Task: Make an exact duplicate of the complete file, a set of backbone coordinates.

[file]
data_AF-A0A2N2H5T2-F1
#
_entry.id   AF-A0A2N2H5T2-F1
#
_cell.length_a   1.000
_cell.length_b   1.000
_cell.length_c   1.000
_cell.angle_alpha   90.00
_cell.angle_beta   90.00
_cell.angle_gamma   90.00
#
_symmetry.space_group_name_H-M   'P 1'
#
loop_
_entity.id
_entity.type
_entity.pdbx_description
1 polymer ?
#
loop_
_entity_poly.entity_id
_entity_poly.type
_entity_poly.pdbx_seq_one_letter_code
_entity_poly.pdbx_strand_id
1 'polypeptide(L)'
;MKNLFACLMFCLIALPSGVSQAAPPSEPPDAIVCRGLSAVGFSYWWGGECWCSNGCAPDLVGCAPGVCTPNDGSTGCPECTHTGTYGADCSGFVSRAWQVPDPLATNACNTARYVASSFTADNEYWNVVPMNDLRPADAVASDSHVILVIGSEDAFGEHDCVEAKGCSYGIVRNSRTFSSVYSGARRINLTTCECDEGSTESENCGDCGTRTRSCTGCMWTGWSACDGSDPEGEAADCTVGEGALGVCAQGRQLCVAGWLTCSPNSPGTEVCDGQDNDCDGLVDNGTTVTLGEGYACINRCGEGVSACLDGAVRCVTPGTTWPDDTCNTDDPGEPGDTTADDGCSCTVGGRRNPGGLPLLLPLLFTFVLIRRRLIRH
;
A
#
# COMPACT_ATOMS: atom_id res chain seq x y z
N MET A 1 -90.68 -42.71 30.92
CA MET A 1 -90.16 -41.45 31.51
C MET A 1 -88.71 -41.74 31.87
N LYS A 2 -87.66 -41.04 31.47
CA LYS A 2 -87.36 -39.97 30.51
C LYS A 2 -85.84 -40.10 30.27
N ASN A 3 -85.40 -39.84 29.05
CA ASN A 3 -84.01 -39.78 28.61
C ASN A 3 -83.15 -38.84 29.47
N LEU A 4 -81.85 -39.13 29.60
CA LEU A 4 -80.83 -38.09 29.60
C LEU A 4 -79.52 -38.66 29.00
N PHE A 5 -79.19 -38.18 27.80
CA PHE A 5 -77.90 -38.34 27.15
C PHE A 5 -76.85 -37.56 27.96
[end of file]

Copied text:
data_AF-A0A2N2H5T2-F1
#
_entry.id   AF-A0A2N2H5T2-F1
#
_cell.length_a   1.000
_cell.length_b   1.000
_cell.length_c   1.000
_cell.angle_alpha   90.00
_cell.angle_beta   90.00
_cell.angle_gamma   90.00
#
_symmetry.space_group_name_H-M   'P 1'
#
loop_
_entity.id
_entity.type
_entity.pdbx_description
1 polymer ?
#
loop_
_entity_poly.entity_id
_entity_poly.type
_entity_poly.pdbx_seq_one_letter_code
_entity_poly.pdbx_strand_id
1 'polypeptide(L)'
;MKNLFACLMFCLIALPSGVSQAAPPSEPPDAIVCRGLSAVGFSYWWGGECWCSNGCAPDLVGCAPGVCTPNDGSTGCPECTHTGTYGADCSGFVSRAWQVPDPLATNACNTARYVASSFTADNEYWNVVPMNDLRPADAVASDSHVILVIGSEDAFGEHDCVEAKGCSYGIVRNSRTFSSVYSGARRINLTTCECDEGSTESENCGDCGTRTRSCTGCMWTGWSACDGSDPEGEAADCTVGEGALGVCAQGRQLCVAGWLTCSPNSPGTEVCDGQDNDCDGLVDNGTTVTLGEGYACINRCGEGVSACLDGAVRCVTPGTTWPDDTCNTDDPGEPGDTTADDGCSCTVGGRRNPGGLPLLLPLLFTFVLIRRRLIRH
;
A
#
# COMPACT_ATOMS: atom_id res chain seq x y z
N MET A 1 -90.68 -42.71 30.92
CA MET A 1 -90.16 -41.45 31.51
C MET A 1 -88.71 -41.74 31.87
N LYS A 2 -87.66 -41.04 31.47
CA LYS A 2 -87.36 -39.97 30.51
C LYS A 2 -85.84 -40.10 30.27
N ASN A 3 -85.40 -39.84 29.05
CA ASN A 3 -84.01 -39.78 28.61
C ASN A 3 -83.15 -38.84 29.47
N LEU A 4 -81.85 -39.13 29.60
CA LEU A 4 -80.83 -38.09 29.60
C LEU A 4 -79.52 -38.66 29.00
N PHE A 5 -79.19 -38.18 27.80
CA PHE A 5 -77.90 -38.34 27.15
C PHE A 5 -76.85 -37.56 27.96